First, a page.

Essays in Contemporary History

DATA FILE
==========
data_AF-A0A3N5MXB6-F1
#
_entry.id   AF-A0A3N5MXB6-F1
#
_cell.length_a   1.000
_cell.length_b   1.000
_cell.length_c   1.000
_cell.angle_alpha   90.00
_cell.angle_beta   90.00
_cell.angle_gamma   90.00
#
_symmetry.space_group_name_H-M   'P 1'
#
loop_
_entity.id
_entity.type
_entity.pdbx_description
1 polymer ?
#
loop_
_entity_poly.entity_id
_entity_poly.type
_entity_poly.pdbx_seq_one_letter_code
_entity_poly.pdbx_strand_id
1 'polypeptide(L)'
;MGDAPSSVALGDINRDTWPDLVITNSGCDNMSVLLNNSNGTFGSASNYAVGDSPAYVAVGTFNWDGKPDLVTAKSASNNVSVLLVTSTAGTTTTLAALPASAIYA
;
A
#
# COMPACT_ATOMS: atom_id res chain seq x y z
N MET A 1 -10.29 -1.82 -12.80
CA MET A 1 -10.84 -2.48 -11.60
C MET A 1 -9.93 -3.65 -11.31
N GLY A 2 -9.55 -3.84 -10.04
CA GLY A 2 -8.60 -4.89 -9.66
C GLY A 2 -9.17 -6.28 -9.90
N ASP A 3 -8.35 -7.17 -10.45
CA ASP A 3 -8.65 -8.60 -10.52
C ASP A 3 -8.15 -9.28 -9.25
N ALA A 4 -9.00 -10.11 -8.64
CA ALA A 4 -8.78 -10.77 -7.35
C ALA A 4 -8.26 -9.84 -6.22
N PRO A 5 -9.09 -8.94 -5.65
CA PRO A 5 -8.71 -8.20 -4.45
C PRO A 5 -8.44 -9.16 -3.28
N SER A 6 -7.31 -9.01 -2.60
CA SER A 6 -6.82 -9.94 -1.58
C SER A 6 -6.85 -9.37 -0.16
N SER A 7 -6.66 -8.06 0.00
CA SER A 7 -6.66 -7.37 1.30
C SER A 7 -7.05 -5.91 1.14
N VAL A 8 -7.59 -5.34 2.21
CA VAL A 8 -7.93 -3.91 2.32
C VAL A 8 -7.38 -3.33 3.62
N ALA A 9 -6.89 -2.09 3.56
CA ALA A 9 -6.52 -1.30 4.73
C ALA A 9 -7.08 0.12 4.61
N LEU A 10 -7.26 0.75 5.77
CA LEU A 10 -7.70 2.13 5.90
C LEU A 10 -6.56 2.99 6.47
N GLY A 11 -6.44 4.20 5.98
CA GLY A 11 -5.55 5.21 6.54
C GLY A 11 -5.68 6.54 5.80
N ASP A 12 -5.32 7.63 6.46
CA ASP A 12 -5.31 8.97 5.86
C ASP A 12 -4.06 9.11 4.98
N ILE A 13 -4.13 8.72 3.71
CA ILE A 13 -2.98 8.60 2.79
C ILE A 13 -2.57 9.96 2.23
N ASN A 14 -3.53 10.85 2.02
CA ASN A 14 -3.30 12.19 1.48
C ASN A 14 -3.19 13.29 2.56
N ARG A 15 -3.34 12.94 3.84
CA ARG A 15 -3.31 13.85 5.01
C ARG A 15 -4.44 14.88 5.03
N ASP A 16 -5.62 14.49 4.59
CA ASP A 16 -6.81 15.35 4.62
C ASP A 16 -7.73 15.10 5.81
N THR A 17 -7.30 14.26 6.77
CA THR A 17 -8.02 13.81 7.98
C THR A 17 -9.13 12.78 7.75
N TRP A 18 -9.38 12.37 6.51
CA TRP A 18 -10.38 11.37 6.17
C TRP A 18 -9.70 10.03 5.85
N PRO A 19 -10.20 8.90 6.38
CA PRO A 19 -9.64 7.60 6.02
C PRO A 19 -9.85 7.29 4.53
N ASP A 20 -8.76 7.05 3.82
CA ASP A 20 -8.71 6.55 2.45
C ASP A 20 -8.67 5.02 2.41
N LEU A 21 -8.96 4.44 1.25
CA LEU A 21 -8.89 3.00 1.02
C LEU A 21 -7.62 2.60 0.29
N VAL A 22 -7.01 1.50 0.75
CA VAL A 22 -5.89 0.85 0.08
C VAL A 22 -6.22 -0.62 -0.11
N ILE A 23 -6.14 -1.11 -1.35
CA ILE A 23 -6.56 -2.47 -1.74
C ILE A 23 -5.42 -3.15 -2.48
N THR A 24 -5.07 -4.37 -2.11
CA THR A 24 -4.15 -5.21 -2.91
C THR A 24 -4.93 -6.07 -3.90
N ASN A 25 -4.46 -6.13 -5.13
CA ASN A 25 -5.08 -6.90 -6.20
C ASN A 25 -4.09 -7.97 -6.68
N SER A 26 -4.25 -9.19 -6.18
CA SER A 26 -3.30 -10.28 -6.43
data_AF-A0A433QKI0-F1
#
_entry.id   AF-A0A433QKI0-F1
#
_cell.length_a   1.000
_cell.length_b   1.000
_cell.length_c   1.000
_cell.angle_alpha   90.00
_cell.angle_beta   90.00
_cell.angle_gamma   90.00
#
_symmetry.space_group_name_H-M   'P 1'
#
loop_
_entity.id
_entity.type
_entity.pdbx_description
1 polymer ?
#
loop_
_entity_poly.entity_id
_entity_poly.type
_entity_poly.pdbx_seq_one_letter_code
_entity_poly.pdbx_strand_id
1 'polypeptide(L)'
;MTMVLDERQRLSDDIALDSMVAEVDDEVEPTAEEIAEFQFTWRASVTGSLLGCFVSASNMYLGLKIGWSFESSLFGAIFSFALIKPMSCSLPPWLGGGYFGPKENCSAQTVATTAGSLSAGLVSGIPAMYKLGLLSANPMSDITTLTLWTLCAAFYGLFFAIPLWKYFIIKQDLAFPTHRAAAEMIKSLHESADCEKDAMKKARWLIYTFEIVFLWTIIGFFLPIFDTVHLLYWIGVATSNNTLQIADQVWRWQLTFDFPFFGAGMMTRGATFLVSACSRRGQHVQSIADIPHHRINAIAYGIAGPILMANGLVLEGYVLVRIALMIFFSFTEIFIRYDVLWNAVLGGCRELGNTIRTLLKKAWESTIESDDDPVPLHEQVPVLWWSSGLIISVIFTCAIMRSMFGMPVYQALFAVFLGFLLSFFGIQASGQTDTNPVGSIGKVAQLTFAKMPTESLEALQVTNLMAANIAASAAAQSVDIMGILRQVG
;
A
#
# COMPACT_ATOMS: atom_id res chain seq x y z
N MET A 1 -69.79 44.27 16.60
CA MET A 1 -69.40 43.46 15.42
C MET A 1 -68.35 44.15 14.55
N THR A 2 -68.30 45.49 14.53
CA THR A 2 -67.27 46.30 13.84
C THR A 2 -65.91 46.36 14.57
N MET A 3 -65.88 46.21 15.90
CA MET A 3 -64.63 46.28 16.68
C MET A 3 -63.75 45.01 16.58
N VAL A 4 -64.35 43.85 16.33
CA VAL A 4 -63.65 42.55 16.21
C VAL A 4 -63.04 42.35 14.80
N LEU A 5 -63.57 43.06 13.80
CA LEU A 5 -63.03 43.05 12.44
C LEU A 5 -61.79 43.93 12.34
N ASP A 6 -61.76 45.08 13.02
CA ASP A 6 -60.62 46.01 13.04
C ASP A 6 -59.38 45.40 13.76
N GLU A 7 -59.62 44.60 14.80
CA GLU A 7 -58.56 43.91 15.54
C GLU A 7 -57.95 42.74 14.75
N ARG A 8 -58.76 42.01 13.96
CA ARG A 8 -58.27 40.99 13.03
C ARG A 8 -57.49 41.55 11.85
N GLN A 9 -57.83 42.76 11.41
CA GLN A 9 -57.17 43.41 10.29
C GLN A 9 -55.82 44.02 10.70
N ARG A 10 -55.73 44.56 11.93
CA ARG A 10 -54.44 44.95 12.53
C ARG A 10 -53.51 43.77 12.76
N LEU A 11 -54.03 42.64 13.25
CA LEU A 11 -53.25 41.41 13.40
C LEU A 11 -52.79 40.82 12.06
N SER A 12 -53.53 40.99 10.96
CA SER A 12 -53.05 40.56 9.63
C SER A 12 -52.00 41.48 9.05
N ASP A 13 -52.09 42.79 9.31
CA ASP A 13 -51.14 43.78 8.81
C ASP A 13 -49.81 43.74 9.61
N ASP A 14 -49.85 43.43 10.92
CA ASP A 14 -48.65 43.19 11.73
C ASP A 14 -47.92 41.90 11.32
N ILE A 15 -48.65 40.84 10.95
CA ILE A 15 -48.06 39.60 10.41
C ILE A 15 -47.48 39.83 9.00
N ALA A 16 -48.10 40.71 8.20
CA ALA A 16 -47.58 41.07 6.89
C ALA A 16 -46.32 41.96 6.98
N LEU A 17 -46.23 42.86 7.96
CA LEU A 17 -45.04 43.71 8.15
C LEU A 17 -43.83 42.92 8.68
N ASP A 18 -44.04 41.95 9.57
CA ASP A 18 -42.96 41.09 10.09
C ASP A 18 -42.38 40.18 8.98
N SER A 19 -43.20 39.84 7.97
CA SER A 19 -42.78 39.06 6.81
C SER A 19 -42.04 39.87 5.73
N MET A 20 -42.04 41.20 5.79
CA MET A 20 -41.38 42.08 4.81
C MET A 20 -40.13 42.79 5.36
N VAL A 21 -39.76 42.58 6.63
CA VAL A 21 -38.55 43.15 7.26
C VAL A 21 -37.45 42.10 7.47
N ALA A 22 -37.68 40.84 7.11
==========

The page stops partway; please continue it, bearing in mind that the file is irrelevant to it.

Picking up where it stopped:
6.1 Afterthoughts on Posthistoire The Zeitgeist tries to elude specification by resorting to a host of terms prefixed by the morpheme "post-": post-modern, post-industrial, post-revolutionary society. That list can be extended– yet the most encompassing of these epithets, namely "posthistoire," enjoys only apocryphal popularity. In articles or notes on research in progress, you may occasionally chance upon the observation, almost in passing, that history is at an end, that we live in "posthistorical" times. The bald statement usually stands without any further commentary, as if little more need be added. In- terest in the posthistorical era is riveted more on aesthetic playfulness as an ap- proach to the potpourri of the past, simulation of arbitrarily selected fragments drawn from bygone eras: one engages in a game with tokens that have some sem- blance of enduring value, yet are quoted out of context, and thus annulled. The historian reading these terse pronouncements about the supposed demise of the very subject and pith of his professional craft is bewildered, since his field would appear to be enjoying something of a rejuvenation: a rare conjunction of in- creased historical interest, encouragement by the media and an aesthetic reanima- tion of elements culled from the cultural heritage. He is unnerved and troubled by what the heralds of posthistoire seem to insinuate: that the entire project of rehis- toricization may ultimately be little more than some sort of simulation itself, a pho- ney spectacle staged and directed by the culture industry. He is plagued by...
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